Robert Kraft decided not to challenge the Patriots’ team punishments from Deflategate, but Tom Brady and the NFL Players Association are not going down quietly.
Brady and the NFLPA have appealed his four-game suspension, with the union taking the additional step of publicly challenging commissioner Roger Goodell to recuse himself as the hearing officer. The NFL’s collective bargaining agreement gives Goodell full authority to oversee appeals of player discipline, but the NFLPA is trying to rally public sentiment and force Goodell to pass off the responsibility to a neutral arbitrator.
Brady has been quiet since the punishment was handed down nearly two weeks ago, allowing his representatives to fight for him — the NFLPA and his agent, Don Yee.
Goodell, making his first public comments on the matter Wednesday, intimated that he wants Brady to speak up for himself during his appeal, and that Brady could help himself by revealing any information that he withheld during Ted Wells’s investigation.
Part of Brady’s four-game suspension is based on his supposed lack of cooperation with Wells, declining requests to view certain e-mails and text messages.
“I look forward to hearing directly from Tom,” Goodell said. “If there’s new information that can be helpful to us in getting this right, I want to hear directly from Tom on that.”
When exactly Goodell will hear from Brady is still in question (assuming Goodell hears the appeal and doesn’t hand it off to an outside party).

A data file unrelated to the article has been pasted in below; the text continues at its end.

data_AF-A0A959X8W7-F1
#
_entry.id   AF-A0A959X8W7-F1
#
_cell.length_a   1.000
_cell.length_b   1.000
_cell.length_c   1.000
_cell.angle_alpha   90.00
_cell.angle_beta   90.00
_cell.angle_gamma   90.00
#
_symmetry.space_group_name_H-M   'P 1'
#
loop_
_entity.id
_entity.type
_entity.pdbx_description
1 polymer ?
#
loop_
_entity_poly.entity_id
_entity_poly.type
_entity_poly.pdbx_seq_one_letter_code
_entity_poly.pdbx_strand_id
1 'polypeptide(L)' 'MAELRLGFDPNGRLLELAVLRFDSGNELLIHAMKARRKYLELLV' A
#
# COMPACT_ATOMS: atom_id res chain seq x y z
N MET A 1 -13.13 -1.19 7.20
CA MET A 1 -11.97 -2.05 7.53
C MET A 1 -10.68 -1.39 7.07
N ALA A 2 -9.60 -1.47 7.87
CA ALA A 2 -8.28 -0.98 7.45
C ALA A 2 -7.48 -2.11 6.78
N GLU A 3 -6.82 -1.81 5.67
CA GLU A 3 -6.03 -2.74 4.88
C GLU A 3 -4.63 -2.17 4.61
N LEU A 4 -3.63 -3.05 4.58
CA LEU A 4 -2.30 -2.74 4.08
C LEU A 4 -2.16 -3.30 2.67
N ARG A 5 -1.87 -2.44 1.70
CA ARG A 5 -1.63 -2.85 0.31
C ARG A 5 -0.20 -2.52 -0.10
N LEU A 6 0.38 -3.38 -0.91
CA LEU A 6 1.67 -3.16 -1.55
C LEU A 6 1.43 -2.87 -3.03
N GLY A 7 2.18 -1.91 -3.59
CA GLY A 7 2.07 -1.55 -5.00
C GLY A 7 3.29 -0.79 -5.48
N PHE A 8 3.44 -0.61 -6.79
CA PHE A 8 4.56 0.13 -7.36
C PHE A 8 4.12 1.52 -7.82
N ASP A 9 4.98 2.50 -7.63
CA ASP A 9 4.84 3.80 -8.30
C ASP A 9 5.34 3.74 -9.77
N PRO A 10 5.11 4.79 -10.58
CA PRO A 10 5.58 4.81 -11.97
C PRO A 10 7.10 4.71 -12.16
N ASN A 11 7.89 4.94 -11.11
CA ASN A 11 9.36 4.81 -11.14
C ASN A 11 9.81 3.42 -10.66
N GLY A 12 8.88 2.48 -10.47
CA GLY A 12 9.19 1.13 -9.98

The CBA states that all appeals are to be heard within 10 days of filing, and with the NFLPA filing on May 14, Brady theoretically should have his hearing by Monday at the latest.
But the CBA also allows the NFL and the union to delay or extend any dates based on mutual agreement, and as of Thursday afternoon, a date had not been set for the appeal, a league spokesman confirmed.
Whenever the appeal is heard — most likely at the league offices in midtown Manhattan — Brady and Goodell will hardly be the only people in the room (the CBA allows for telephone hearings, as well).
Brady is allowed to be joined by representation, which will include NFLPA outside counsel Jeffrey Kessler, as well as key NFLPA members and possibly Yee. On the NFL’s side will be Goodell, NFL executive vice president Troy Vincent (who handed out the Brady discipline), and several league attorneys, headed by executive VP Adolpho Birch.
Complicating matters is the NFLPA stating that it plans to call Goodell and Vincent as witnesses to the case — a strategy that could help the union prove in court that Goodell and the NFL appeals process is inherently biased.
The appeal will have a discovery process, in which the sides must exchange copies of any exhibits they intend to use in the process no later than three calendar days prior to the hearing. Brady’s cellphone, which he protected so tightly in Wells’s investigation, would be subject to the discovery process if he intends to use its contents to prove his innocence.
The time frame of the appeal and Goodell’s decision is a bit hard to predict, but even if Brady takes this to court, he should have everything adjudicated before the start of the regular season.
The CBA states that the hearing officer will render his decision “as soon as practicable following the conclusion of the hearing,” and that his decision “will constitute full, final, and complete disposition of the dispute and will be binding.”
Goodell can affirm, reduce, or vacate Brady’s punishment but cannot increase it.
When Adrian Peterson appealed his suspension, the hearing was held Dec. 2-4, appeals officer Harold Henderson rendered his decision on Dec. 12, the NFLPA filed its lawsuit on Dec. 15 and US federal judge David Doty vacated Peterson’s suspension on Feb. 26.
Ray Rice’s situation was much more complicated, as it was the first time Goodell and the NFL allowed a truly neutral arbitrator to hear an appeal (former US District Judge Barbara Jones). In that case, testimony was given Nov. 5-6, final briefs were filed on Nov. 13, and Jones stated her decision to overturn Rice’s suspension on Nov. 28.
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